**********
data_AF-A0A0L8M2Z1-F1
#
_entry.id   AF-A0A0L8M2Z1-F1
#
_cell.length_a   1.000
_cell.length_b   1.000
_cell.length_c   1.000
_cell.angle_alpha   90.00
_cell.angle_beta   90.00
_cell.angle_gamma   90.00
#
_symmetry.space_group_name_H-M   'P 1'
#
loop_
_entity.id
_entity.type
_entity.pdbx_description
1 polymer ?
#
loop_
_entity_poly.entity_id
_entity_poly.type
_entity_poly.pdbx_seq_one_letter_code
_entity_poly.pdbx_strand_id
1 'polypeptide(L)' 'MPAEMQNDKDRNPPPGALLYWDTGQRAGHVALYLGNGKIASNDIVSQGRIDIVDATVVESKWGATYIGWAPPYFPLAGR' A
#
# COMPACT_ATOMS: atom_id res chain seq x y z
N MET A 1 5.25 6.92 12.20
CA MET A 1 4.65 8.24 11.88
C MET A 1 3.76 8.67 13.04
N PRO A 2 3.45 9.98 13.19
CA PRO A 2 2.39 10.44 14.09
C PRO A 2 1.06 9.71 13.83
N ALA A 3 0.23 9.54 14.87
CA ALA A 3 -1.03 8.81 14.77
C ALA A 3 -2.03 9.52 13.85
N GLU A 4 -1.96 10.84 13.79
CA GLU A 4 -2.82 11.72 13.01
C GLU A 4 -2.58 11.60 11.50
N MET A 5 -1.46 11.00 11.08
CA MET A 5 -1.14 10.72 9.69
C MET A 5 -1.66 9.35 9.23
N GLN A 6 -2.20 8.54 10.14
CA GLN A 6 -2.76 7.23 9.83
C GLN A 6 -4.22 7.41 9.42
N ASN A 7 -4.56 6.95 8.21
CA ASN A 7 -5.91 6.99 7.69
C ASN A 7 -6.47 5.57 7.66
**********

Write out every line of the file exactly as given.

data_AF-A0A0L8M2Z1-F1
#
_entry.id   AF-A0A0L8M2Z1-F1
#
_cell.length_a   1.000
_cell.length_b   1.000
_cell.length_c   1.000
_cell.angle_alpha   90.00
_cell.angle_beta   90.00
_cell.angle_gamma   90.00
#
_symmetry.space_group_name_H-M   'P 1'
#
loop_
_entity.id
_entity.type
_entity.pdbx_description
1 polymer ?
#
loop_
_entity_poly.entity_id
_entity_poly.type
_entity_poly.pdbx_seq_one_letter_code
_entity_poly.pdbx_strand_id
1 'polypeptide(L)' 'MPAEMQNDKDRNPPPGALLYWDTGQRAGHVALYLGNGKIASNDIVSQGRIDIVDATVVESKWGATYIGWAPPYFPLAGR' A
#
# COMPACT_ATOMS: atom_id res chain seq x y z
N MET A 1 5.25 6.92 12.20
CA MET A 1 4.65 8.24 11.88
C MET A 1 3.76 8.67 13.04
N PRO A 2 3.45 9.98 13.19
CA PRO A 2 2.39 10.44 14.09
C PRO A 2 1.06 9.71 13.83
N ALA A 3 0.23 9.54 14.87
CA ALA A 3 -1.03 8.81 14.77
C ALA A 3 -2.03 9.52 13.85
N GLU A 4 -1.96 10.84 13.79
CA GLU A 4 -2.82 11.72 13.01
C GLU A 4 -2.58 11.60 11.50
N MET A 5 -1.46 11.00 11.08
CA MET A 5 -1.14 10.72 9.69
C MET A 5 -1.66 9.35 9.23
N GLN A 6 -2.20 8.54 10.14
CA GLN A 6 -2.76 7.23 9.83
C GLN A 6 -4.22 7.41 9.42
N ASN A 7 -4.56 6.95 8.21
CA ASN A 7 -5.91 6.99 7.69
C ASN A 7 -6.47 5.57 7.66